Dirghayu K C
Nepal Health Research Council, Nepal
Scientific Tracks Abstracts: J Nutr Food Sci
Introduction & Aim: Indigenous herbal medicinal plants were in use in the Nepalese community long before synthetic medicine even came into existence. Still, in the most part of Nepal, herbal medicines are considered the first option as the preventive as well as a curative measure for different diseases, despite lacking the scientific evidence. In addition, Ayurveda also highlighted the use of medicinal plants for different health purposes e.g. Gymnema sylvestre (diabetes being the major ones). This research aims to highlight the importance of different indigenous herbal medicines in controlling blood sugar and bring the best out of them.
Methodology: Collection of indigenous medicinal plants, shade drying and moisture content determination of 18 plant samples followed by 90% methanolic extraction and subsequent evaporation using rotary vacuum evaporator. In vitro α-amylase and α-glucosidase inhibition activity were performed taking acarbose as a standard drug and laboratory protocols were strictly maintained. Percentage inhibition was calculated in triplicate manner and data indicates mean±standard error of three independent experiments and 50% inhibitory concentration (IC50) values were then subsequently calculated for both α-amylase and α-glucosidase inhibition assay using software Prism 5 volume 5.0.
Results: IC50 value on α-amylase inhibitory activity calculated suggested that, Trigonella foenum, Asparagus officinalis, Ocimum basilicum, Calendula officinalis, Cannabis sativa showed comparatively high potential whereas comparatively efficient α-glucosidase potency was found to be of Asparagus officinalis, Hordeum vulgare, Cannabis sativa, Ocimum basilicum and Calendula officinalis. Also, result from Syzygium cumini (seed), and Terminalia arjuna were found inconclusive and rest of the sample showed medium to very little anti-diabetic potency.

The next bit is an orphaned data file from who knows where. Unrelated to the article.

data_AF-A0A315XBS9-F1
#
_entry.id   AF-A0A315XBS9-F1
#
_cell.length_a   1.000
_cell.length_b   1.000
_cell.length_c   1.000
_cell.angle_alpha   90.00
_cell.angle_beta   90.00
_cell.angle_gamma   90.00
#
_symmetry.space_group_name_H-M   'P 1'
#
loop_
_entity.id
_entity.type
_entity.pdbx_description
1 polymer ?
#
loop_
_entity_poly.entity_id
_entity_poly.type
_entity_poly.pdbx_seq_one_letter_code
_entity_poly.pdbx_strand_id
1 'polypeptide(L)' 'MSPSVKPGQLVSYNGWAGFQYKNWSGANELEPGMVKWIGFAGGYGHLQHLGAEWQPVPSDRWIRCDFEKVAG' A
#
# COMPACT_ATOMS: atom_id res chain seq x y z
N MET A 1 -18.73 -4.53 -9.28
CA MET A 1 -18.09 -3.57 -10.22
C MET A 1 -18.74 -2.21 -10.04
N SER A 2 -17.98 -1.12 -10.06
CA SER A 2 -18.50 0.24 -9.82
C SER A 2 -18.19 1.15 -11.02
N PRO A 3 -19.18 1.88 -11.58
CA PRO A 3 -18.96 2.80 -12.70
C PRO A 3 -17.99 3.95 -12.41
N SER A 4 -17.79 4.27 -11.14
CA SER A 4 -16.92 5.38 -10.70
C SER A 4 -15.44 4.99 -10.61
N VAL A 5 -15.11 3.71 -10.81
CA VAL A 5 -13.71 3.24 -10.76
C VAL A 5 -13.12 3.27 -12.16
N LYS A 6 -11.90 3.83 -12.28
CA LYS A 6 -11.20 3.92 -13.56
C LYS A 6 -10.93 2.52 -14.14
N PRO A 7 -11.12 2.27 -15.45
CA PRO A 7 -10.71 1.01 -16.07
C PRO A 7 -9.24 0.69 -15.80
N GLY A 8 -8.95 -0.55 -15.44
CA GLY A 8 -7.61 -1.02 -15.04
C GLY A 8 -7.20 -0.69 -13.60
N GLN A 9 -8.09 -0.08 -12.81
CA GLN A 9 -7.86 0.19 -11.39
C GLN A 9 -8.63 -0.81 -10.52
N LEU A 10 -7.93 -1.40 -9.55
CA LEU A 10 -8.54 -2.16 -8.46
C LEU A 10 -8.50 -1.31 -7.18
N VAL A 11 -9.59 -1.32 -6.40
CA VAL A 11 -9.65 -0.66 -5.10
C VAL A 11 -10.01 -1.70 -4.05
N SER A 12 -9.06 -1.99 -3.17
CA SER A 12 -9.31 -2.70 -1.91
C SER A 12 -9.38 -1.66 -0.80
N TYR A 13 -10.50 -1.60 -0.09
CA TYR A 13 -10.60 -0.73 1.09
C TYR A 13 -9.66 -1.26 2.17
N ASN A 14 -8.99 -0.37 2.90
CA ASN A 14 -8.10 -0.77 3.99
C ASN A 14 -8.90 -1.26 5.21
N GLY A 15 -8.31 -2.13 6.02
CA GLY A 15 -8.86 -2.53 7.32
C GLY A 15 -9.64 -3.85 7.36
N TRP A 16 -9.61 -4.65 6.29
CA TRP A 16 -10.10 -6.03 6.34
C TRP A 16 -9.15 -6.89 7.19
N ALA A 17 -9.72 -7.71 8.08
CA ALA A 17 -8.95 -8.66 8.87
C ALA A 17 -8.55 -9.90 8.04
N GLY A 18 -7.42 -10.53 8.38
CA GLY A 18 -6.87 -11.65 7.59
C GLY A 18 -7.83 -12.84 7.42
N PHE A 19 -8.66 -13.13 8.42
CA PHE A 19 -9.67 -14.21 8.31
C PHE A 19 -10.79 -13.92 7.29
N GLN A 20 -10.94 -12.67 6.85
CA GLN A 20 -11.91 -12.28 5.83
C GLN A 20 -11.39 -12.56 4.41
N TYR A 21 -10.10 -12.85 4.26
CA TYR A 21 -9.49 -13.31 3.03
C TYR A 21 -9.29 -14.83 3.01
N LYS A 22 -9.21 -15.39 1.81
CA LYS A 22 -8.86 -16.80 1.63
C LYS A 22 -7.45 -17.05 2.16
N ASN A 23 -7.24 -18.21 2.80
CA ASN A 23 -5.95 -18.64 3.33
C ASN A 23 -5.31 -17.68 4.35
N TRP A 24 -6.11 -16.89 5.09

Conclusion: Most of these herbal medicines showed dose-dependent anti-diabetic potency and also highlights the role of indigenous medicinal plants in preventing/controlling blood sugar. Further research is crucial in achieving the foresighted milestone.
Dirghayu K C has completed his Bachelor's degree in Food Technology form College of Applied Food and Dairy Technology and Master’s degree in Nutrition and Dietetics from the same college. He was working as a Quality Control Executive in different food processing industries before joining Nepal Health Research Council (NHRC). He is currently affiliated with NHRC as Nutrition Research Officer and taking active participation on its research and training conducted.
E-mail: [email protected]